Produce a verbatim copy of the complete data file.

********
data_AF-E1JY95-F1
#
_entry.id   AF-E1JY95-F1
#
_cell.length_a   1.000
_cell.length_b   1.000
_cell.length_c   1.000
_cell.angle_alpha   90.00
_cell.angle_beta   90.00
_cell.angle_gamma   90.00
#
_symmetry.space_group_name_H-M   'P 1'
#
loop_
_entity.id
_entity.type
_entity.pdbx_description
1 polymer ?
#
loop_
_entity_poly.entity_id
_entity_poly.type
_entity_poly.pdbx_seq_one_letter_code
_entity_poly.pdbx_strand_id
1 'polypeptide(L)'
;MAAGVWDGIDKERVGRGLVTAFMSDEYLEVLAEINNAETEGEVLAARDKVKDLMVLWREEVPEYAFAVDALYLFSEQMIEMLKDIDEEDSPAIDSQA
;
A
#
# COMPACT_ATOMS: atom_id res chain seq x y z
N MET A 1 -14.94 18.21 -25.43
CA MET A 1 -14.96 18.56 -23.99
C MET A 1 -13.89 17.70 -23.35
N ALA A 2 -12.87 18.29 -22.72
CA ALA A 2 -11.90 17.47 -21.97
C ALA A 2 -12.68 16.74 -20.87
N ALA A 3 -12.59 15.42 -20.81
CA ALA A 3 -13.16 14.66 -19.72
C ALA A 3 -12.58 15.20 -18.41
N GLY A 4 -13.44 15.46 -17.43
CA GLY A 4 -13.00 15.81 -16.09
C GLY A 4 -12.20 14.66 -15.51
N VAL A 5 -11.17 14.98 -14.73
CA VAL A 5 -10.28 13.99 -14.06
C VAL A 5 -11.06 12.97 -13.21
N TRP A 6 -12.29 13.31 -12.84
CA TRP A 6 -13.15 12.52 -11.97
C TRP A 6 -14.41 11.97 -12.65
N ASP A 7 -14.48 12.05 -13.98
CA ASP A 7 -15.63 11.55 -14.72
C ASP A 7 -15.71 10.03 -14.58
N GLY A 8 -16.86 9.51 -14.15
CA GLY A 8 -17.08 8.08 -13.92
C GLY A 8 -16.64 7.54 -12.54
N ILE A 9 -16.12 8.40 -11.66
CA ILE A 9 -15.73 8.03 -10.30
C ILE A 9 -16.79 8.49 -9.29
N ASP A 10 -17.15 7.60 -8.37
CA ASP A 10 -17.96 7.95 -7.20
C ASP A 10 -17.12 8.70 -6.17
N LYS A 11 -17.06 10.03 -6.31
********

data_AF-E1JY95-F1
#
_entry.id   AF-E1JY95-F1
#
_cell.length_a   1.000
_cell.length_b   1.000
_cell.length_c   1.000
_cell.angle_alpha   90.00
_cell.angle_beta   90.00
_cell.angle_gamma   90.00
#
_symmetry.space_group_name_H-M   'P 1'
#
loop_
_entity.id
_entity.type
_entity.pdbx_description
1 polymer ?
#
loop_
_entity_poly.entity_id
_entity_poly.type
_entity_poly.pdbx_seq_one_letter_code
_entity_poly.pdbx_strand_id
1 'polypeptide(L)'
;MAAGVWDGIDKERVGRGLVTAFMSDEYLEVLAEINNAETEGEVLAARDKVKDLMVLWREEVPEYAFAVDALYLFSEQMIEMLKDIDEEDSPAIDSQA
;
A
#
# COMPACT_ATOMS: atom_id res chain seq x y z
N MET A 1 -14.94 18.21 -25.43
CA MET A 1 -14.96 18.56 -23.99
C MET A 1 -13.89 17.70 -23.35
N ALA A 2 -12.87 18.29 -22.72
CA ALA A 2 -11.90 17.47 -21.97
C ALA A 2 -12.68 16.74 -20.87
N ALA A 3 -12.59 15.42 -20.81
CA ALA A 3 -13.16 14.66 -19.72
C ALA A 3 -12.58 15.20 -18.41
N GLY A 4 -13.44 15.46 -17.43
CA GLY A 4 -13.00 15.81 -16.09
C GLY A 4 -12.20 14.66 -15.51
N VAL A 5 -11.17 14.98 -14.73
CA VAL A 5 -10.28 13.99 -14.06
C VAL A 5 -11.06 12.97 -13.21
N TRP A 6 -12.29 13.31 -12.84
CA TRP A 6 -13.15 12.52 -11.97
C TRP A 6 -14.41 11.97 -12.65
N ASP A 7 -14.48 12.05 -13.98
CA ASP A 7 -15.63 11.55 -14.72
C ASP A 7 -15.71 10.03 -14.58
N GLY A 8 -16.86 9.51 -14.15
CA GLY A 8 -17.08 8.08 -13.92
C GLY A 8 -16.64 7.54 -12.54
N ILE A 9 -16.12 8.40 -11.66
CA ILE A 9 -15.73 8.03 -10.30
C ILE A 9 -16.79 8.49 -9.29
N ASP A 10 -17.15 7.60 -8.37
CA ASP A 10 -17.96 7.95 -7.20
C ASP A 10 -17.12 8.70 -6.17
N LYS A 11 -17.06 10.03 -6.31